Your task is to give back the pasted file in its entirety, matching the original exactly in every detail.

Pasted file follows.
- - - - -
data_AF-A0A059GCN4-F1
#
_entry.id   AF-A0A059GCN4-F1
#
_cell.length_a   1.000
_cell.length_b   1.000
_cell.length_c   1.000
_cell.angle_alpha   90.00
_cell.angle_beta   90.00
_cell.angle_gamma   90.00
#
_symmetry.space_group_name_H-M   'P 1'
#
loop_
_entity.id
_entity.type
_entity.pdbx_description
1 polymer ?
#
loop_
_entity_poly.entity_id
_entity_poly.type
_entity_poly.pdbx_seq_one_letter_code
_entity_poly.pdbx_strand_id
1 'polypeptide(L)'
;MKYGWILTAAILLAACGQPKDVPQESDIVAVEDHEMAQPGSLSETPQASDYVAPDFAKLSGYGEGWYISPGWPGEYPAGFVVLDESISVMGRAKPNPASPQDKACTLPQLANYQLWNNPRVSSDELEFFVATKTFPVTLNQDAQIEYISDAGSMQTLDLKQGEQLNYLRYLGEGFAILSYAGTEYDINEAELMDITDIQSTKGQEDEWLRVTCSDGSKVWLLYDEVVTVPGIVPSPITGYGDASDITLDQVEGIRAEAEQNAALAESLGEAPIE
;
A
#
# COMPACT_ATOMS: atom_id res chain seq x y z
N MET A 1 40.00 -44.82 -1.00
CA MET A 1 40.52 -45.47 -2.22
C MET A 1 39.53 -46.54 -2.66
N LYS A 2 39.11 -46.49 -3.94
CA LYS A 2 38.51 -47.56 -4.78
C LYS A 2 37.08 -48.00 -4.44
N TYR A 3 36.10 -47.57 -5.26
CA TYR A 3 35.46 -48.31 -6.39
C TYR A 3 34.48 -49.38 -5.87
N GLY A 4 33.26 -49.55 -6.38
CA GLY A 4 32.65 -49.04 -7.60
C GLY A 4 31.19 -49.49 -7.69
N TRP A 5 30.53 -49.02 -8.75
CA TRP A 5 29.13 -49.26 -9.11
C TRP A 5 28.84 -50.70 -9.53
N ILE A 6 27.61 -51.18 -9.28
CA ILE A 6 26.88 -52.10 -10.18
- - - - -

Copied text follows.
data_AF-A0A059GCN4-F1
#
_entry.id   AF-A0A059GCN4-F1
#
_cell.length_a   1.000
_cell.length_b   1.000
_cell.length_c   1.000
_cell.angle_alpha   90.00
_cell.angle_beta   90.00
_cell.angle_gamma   90.00
#
_symmetry.space_group_name_H-M   'P 1'
#
loop_
_entity.id
_entity.type
_entity.pdbx_description
1 polymer ?
#
loop_
_entity_poly.entity_id
_entity_poly.type
_entity_poly.pdbx_seq_one_letter_code
_entity_poly.pdbx_strand_id
1 'polypeptide(L)'
;MKYGWILTAAILLAACGQPKDVPQESDIVAVEDHEMAQPGSLSETPQASDYVAPDFAKLSGYGEGWYISPGWPGEYPAGFVVLDESISVMGRAKPNPASPQDKACTLPQLANYQLWNNPRVSSDELEFFVATKTFPVTLNQDAQIEYISDAGSMQTLDLKQGEQLNYLRYLGEGFAILSYAGTEYDINEAELMDITDIQSTKGQEDEWLRVTCSDGSKVWLLYDEVVTVPGIVPSPITGYGDASDITLDQVEGIRAEAEQNAALAESLGEAPIE
;
A
#
# COMPACT_ATOMS: atom_id res chain seq x y z
N MET A 1 40.00 -44.82 -1.00
CA MET A 1 40.52 -45.47 -2.22
C MET A 1 39.53 -46.54 -2.66
N LYS A 2 39.11 -46.49 -3.94
CA LYS A 2 38.51 -47.56 -4.78
C LYS A 2 37.08 -48.00 -4.44
N TYR A 3 36.10 -47.57 -5.26
CA TYR A 3 35.46 -48.31 -6.39
C TYR A 3 34.48 -49.38 -5.87
N GLY A 4 33.26 -49.55 -6.38
CA GLY A 4 32.65 -49.04 -7.60
C GLY A 4 31.19 -49.49 -7.69
N TRP A 5 30.53 -49.02 -8.75
CA TRP A 5 29.13 -49.26 -9.11
C TRP A 5 28.84 -50.70 -9.53
N ILE A 6 27.61 -51.18 -9.28
CA ILE A 6 26.88 -52.10 -10.18